In Today’s world, a phishing attack is one of the most successful means a hacker uses to gain access to your data. It’s not all that shocking given the improvements in technology, tools and education regarding securing your physical environment. They have to find a way around – if they can get just one of your employees to give up their credentials, it could be just the keys to the kingdom they need.
Below are just a few examples of recent articles discussing the success of Phishing campaigns:
Forbes – 23% open Phishing emails…..11% open AND click:
CIO Insight – 84% of more than 300 IT Leaders polled estimated phishing attacks had penetrated their defenses:
Wired – White House employee clicks on phishing email link and allows hackers in to several networks:
So, what can you do (or NOT) to protect your company against attacks? We prepared a list of 5 Do’s and 5 Don’ts to help you out.
Here are 5 DO’s:
Review the email for grammar and spelling
– While many attackers have improved over the years, some attacks still have pretty noticeable misspellings and other grammatical errors. Abnormal spacing and formatting may also be a sign of a phishing email.
Inspect the links
– Attackers will embed malicious URLs into seemingly legit ones within their emails. Use the mouse to hover over the hyperlink to determine if there is an embedded URL.
Validate the request
– If you receive an email from a fellow employee or vendor requesting information, pick up the phone and verify the request. Always use contact numbers from external websites – NOT the ones included in the potential phishing email.
Alert the appropriate personnel
– If you think you have received a phishing email, getting it to the proper person in the IT department is critical. They may be able to block others from receiving it or block access to any links that were included in the phishing email. Don’t hesitate to forward suspicious emails to the appropriate IT staff!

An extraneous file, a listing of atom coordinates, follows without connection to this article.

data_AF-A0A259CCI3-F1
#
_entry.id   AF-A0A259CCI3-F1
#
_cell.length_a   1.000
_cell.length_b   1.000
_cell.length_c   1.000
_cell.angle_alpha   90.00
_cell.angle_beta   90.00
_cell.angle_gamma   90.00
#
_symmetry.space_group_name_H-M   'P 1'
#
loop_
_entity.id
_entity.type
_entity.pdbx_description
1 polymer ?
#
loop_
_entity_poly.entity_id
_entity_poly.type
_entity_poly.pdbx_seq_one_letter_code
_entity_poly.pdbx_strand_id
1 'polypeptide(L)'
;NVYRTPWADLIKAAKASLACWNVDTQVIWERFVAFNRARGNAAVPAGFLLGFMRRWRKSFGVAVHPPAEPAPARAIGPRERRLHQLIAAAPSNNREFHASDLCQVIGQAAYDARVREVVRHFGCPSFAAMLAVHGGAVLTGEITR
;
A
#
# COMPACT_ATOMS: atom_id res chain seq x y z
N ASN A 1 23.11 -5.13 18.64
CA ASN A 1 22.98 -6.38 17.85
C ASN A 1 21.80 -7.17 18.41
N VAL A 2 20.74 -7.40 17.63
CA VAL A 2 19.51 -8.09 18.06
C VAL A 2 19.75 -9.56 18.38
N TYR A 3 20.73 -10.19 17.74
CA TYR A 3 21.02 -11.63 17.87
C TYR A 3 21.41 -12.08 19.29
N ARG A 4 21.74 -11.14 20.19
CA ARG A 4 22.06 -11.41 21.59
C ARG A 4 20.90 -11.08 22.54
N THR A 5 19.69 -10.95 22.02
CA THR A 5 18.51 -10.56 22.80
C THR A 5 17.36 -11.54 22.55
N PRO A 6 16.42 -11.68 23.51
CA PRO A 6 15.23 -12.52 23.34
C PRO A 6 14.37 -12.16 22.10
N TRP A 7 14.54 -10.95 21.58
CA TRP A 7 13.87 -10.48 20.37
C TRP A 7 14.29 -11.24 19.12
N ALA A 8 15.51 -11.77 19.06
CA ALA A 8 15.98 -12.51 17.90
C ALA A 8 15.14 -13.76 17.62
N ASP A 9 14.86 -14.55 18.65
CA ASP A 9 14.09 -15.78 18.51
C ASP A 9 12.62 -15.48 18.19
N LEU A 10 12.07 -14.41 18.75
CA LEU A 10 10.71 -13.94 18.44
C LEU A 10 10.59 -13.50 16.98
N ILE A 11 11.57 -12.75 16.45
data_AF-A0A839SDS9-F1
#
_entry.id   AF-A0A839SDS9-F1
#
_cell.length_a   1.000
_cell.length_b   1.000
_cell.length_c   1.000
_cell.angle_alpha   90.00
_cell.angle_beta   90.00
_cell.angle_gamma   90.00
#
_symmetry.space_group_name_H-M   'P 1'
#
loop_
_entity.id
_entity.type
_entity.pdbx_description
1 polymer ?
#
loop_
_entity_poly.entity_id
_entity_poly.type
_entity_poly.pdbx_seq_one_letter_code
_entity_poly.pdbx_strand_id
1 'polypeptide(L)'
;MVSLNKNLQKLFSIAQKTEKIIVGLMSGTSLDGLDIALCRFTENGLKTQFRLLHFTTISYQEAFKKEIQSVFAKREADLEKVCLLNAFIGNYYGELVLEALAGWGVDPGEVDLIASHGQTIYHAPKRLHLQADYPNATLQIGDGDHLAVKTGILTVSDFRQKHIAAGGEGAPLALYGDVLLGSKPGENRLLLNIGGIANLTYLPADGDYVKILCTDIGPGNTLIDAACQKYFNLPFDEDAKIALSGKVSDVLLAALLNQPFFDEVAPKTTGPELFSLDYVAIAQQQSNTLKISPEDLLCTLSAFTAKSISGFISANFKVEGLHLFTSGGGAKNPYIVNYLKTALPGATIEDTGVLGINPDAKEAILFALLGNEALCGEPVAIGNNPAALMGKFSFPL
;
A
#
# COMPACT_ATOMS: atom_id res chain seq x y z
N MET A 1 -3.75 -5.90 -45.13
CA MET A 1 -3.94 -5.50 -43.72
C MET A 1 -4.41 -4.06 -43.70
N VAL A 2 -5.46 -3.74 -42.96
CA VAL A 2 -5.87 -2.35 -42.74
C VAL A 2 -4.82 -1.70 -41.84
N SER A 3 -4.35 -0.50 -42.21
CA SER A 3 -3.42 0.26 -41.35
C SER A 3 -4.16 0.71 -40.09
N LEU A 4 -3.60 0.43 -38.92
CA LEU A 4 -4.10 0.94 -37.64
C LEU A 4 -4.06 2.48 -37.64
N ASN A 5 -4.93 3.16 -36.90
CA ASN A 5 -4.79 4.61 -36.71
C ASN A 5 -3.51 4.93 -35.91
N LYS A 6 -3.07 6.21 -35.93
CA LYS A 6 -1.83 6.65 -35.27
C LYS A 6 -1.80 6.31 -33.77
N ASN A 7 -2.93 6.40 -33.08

Use common sense
– If a vendor of three years has never asked for your password information through email, they probably wouldn’t be starting today. If a coworker of two years has never sent you an attachment and sends you one today and tells you to enable macros, don’t. Question requests that are outside the norm and use common sense when fulfilling requests.
Here are 5 DON’Ts:
Don’t trust the sender
– It doesn’t take any time or skill to “spoof” or impersonate the sender of an email. From the president of your organization to the President of the United States, attackers can assume the identity of anyone.
Don’t be so quick to reply
– Sometimes attackers are just looking to find valid email addresses within an organization or to identify the naming convention used within an organization. By replying to an email like this, even if it’s only to give the would-be attacker a piece of your mind, you only help the attacker determine that the email reached a recipient.
Don’t open that attachment
– Attachments that were once thought of as harmless (Word,Excel, PDF) are now being used to launch various types of attacks against end-users. If you weren’t expecting that attachment – don’t open it!
Don’t give out personal information
– Most companies will not ask you to transmit personal information, account information, or account passwords via email. Any requests similar in nature should raise suspicions and be reported.
Don’t be embarrassed
– These attacks work, which is why we’ve seen an increase in the amount of phishing attacks. Don’t be embarrassed that you fell for it. Don’t try to fix it yourself. Don’t assume you’ll be in trouble. Alert the appropriate IT personnel immediately and wait for further instructions. The faster they become aware of the issue the greater chance they can reduce the number of users that will be affected.